The Winner Stands Alone is the eighth stand-alone novel by Brazilian author, Paulo Coelho. It is translated from the original Portuguese by Margaret Jull Costa. The Cannes Film Festival: Ewa is there with her fashion-designer husband Hamid Hussein for showings and some high-power business meetings; Russian telco president, Igor Malev is there to demonstrate to his ex-wife that she needs to return to their marriage.
Igor’s obsessed with Ewa, and he had promised that if she left him, he would destroy some universes. He’s a cold-blooded killer with no conscience who easily murders random strangers: a young jewellery street vendor, an important and successful movie distributor, a first-time movie producer and a famous movie star, all without remorse. He refers to them as martyrs for love. But then his objective changes.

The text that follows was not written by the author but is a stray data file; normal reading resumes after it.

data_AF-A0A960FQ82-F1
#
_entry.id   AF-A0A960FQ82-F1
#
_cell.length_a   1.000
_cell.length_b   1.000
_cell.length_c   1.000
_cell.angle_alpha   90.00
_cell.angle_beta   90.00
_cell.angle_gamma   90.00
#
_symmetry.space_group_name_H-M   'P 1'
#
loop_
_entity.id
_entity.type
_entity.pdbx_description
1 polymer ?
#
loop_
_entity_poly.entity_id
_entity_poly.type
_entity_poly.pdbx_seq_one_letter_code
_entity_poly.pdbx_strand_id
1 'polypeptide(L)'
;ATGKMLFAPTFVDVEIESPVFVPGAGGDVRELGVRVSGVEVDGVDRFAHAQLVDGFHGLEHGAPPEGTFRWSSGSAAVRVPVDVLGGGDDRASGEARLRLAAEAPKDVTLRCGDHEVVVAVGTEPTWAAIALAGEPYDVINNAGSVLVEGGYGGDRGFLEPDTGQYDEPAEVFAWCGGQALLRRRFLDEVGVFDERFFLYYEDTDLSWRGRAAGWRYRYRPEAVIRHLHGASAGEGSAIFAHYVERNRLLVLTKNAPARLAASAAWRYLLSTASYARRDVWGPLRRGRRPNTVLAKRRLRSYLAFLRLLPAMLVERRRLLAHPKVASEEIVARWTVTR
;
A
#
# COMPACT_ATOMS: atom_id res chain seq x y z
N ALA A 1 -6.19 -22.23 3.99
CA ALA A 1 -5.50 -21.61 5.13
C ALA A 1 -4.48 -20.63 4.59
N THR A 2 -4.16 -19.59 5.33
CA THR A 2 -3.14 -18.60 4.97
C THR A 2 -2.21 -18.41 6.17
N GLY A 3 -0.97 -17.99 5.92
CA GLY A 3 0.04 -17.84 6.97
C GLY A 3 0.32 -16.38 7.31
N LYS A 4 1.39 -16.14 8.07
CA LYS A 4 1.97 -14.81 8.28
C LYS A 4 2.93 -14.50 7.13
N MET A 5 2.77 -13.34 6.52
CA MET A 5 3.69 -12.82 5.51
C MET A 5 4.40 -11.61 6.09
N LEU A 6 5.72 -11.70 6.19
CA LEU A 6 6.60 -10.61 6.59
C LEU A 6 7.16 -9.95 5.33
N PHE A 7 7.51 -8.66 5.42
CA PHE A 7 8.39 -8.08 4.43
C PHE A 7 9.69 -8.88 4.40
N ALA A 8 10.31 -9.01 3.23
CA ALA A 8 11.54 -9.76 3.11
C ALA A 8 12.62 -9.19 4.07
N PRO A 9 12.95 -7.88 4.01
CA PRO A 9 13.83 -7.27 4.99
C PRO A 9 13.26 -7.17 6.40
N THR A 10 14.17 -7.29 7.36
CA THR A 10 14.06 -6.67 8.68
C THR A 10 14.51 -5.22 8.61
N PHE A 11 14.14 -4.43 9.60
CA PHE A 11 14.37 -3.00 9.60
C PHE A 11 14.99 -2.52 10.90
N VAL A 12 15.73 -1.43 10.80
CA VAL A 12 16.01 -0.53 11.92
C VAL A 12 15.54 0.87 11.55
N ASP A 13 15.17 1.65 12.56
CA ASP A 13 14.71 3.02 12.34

While the setting is well-portrayed, the plot is contrived and paper-thin, if rather bizarre in places, while the characters are one-dimensional vessels for Coelho’s preachy philosophical rants. Igor is obviously mad but the reader has to wade through chapters of his thought processes.
As the characters pontificate to one another, or to themselves, we get Coelho’s lectures on champagne, SMS messages, models, vanity, money laundering, tanning salons, gyms, police and all the industries commonly found at Cannes: movie, fashion, celebrity, cosmetics, diet, diamond, and marketing.
The whole tone is very moralistic, full of platitudes and aphorisms, and very heavy on message at the expense of good writing. It is repetitive to the point of being tiresome, making this a rather tedious read.